By email: sarah.asquith@eastriding.gcsx.gov.uk

Telephone: (01482) 393260

Please do not contact the Lord-Lieutenant direct or send correspondence to their home. All communications must be done through the Lieutenancy Office.

If the Lord-Lieutenant is unable to attend your event, then every effort will be made to find a Deputy Lieutenant to represent them.

How is the Lord-Lieutenant appointed?

In England and Wales, Her Majesty The Queen, upon the recommendation of the Prime Minister, appoints a Lord-Lieutenant for each county as Her Majesty’s personal representative within their area. The Lord-Lieutenant holds office until they attain the age of 75 years.

Who is the Vice Lord-Lieutenant and what are Deputy Lieutenants?

Vice Lord-Lieutenant

The Vice Lord-Lieutenant carries out the normal duties of the Lord-Lieutenant should they be away, ill or unable to attend an event. The Vice Lord-Lieutenant stands down from their position when a new Lord-Lieutenant is appointed. However, they can be considered for appointment as the new Lord-Lieutenant.

The current Vice Lord-Lieutenant for the East Riding of Yorkshire is Mr. Stephen Larard, MBE, DL, who is a retired Chartered Surveyor having worked in the family business F.A. Larard and Sons Chartered Surveyors, Estate Agents and Auctioneers and resides in West Ella. He was appointed a Magistrate in 1981, is an Ambassador for both the Hull Sea Cadets and Prison Me No Way Trust, President of the Hull Literary and Philosophical Society and Member of the University of Hull Court.  He is or has been associated with various charities such as Mission to Seamen, CASE Charity, Sailors’ Children’s Society and many more acting as auctioneer at charity events.  Stephen’s biggest passion is golf, holding various positions at a number of golf clubs across Yorkshire.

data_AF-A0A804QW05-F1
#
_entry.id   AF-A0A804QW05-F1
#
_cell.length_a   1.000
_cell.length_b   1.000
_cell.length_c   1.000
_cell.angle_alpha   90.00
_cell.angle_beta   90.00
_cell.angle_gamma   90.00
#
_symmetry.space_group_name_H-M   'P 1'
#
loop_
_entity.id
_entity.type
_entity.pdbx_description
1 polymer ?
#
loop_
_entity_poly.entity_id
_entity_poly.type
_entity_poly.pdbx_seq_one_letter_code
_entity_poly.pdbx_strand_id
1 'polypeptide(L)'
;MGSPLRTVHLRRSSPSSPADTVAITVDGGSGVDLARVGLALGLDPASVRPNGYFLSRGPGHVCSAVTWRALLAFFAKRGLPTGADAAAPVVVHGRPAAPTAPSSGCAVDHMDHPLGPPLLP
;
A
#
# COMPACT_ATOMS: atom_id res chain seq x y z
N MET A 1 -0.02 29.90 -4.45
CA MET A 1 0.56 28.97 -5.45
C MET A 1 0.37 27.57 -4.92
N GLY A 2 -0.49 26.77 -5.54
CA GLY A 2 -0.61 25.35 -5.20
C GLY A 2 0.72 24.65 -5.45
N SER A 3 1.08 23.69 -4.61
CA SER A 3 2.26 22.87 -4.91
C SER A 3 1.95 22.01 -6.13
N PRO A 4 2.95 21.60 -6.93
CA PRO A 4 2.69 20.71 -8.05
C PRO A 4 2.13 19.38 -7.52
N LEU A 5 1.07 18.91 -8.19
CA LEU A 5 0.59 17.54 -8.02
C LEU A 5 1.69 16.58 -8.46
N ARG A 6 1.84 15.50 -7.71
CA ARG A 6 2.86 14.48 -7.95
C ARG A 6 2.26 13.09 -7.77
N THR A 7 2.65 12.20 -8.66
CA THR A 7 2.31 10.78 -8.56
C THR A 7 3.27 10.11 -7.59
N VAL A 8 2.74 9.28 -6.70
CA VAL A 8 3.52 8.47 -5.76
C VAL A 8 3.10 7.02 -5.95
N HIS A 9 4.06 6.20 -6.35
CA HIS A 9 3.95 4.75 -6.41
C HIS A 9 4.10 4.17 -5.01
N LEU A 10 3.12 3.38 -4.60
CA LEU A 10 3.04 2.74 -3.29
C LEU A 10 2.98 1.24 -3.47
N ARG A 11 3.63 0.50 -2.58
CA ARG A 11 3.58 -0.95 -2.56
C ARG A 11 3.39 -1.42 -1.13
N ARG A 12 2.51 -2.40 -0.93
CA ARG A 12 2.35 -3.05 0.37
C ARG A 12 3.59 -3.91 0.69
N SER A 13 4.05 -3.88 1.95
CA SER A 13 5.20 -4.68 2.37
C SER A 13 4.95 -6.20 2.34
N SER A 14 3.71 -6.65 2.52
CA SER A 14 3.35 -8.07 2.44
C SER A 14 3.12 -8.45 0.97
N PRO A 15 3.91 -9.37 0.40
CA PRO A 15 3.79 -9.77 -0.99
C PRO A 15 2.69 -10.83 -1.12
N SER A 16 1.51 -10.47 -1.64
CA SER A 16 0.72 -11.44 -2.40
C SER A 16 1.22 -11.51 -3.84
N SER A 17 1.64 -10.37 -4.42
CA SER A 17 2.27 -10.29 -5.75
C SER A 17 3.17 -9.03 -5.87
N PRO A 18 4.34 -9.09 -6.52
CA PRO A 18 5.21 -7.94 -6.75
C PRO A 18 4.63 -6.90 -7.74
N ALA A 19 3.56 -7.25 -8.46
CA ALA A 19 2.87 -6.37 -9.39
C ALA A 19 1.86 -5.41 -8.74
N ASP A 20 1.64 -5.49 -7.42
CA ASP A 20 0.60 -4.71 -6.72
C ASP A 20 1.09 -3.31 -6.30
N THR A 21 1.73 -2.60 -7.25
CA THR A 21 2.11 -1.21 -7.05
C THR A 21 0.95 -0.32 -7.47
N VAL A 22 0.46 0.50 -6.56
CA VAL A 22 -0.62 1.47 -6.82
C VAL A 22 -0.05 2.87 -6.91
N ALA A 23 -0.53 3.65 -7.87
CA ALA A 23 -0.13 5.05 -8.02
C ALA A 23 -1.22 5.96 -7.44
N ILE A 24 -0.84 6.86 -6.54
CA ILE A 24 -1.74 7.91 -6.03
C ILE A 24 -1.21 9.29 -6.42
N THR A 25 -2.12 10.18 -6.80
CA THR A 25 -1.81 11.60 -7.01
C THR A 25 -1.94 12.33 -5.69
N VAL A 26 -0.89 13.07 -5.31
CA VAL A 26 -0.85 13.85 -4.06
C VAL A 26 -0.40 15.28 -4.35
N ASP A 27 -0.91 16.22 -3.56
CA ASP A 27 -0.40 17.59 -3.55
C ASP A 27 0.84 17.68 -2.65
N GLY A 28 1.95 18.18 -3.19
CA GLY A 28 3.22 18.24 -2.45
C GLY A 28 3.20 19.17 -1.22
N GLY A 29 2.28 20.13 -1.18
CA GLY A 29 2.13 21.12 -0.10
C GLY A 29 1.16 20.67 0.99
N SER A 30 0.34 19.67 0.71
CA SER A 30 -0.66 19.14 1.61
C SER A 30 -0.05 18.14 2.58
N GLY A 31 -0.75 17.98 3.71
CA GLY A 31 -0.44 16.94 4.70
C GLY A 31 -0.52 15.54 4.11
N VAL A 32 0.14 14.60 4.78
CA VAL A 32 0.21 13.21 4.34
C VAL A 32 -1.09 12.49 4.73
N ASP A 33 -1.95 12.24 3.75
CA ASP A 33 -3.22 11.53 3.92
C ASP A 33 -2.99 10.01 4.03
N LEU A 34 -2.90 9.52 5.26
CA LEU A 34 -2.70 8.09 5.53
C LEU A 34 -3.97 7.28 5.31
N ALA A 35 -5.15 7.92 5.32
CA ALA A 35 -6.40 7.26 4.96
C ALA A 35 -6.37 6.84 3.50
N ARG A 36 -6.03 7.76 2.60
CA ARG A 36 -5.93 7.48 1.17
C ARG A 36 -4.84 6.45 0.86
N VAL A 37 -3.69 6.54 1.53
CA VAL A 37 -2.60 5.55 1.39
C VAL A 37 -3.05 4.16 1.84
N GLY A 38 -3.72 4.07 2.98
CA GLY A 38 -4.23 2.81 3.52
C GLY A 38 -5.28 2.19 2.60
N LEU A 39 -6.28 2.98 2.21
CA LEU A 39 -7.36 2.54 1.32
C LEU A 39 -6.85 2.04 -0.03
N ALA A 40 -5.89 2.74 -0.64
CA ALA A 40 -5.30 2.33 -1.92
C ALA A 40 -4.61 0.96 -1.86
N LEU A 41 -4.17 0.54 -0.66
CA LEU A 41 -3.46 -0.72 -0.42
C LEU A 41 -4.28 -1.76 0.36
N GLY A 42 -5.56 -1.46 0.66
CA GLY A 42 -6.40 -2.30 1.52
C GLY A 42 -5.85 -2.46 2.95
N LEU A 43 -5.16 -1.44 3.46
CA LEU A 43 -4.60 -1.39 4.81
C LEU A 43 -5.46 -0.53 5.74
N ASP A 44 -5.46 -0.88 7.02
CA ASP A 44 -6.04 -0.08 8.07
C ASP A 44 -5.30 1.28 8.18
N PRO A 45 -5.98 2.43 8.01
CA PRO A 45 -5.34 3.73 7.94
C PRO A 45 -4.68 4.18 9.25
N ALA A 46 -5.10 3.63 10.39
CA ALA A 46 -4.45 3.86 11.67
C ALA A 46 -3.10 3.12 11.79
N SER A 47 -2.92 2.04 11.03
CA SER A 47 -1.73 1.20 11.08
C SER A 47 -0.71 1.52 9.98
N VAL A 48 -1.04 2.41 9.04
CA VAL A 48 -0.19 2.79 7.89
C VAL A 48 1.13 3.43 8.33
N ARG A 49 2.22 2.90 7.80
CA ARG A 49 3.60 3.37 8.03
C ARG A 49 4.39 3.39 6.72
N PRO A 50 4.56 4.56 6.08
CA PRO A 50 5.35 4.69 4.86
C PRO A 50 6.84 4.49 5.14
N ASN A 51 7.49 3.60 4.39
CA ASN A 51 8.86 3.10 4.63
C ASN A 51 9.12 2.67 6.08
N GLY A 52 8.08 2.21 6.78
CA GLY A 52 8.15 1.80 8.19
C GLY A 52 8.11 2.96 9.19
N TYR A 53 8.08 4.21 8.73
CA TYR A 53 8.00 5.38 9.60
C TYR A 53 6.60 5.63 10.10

In 2014, Stephen was appointed Honorary Colonel 150 Transport Regiment The Royal Logistics Corp Army Reserve.

Stephen was appointed High Sheriff of the East Riding for 2013/14, Deputy Lieutenant in 2015 and Vice Lord-Lieutenant in 2017.  He was awarded an MBE for Services to the Magistracy and Charity in Hull and the East Riding of Yorkshire.

Deputy Lieutenants

Deputy Lieutenants are appointed upon the recommendation of the Lord-Lieutenant and, in doing so, recognises their contribution to local, county or national life. There are approximately 29 Deputy Lieutenants, the number appointed is determined upon the number of residents within the Lieutenancy area such as: the first 150,000 residents there may be 20 Deputies; from 150,000 to 200,000 an additional one to every 10,000; from 200,000 to 1,000,000 an additional one for every 25,000. Deputy Lieutenants are expected to support the Lord-Lieutenant within the county and in particular carry out duties as directed, such as:

  • recommending candidates for invitations to royal garden parties;
  • suggesting suitable enterprises, both voluntary and professional, which might be the subject of royal visits;
  • commenting on honour nominations;
  • assess nominations for the Queen’s Award for Voluntary Service; and
  • represent the Lord-Lieutenant at various functions such as citizenship ceremonies, dinners, church services, presentations, lunches, receptions, remembrance services, etc.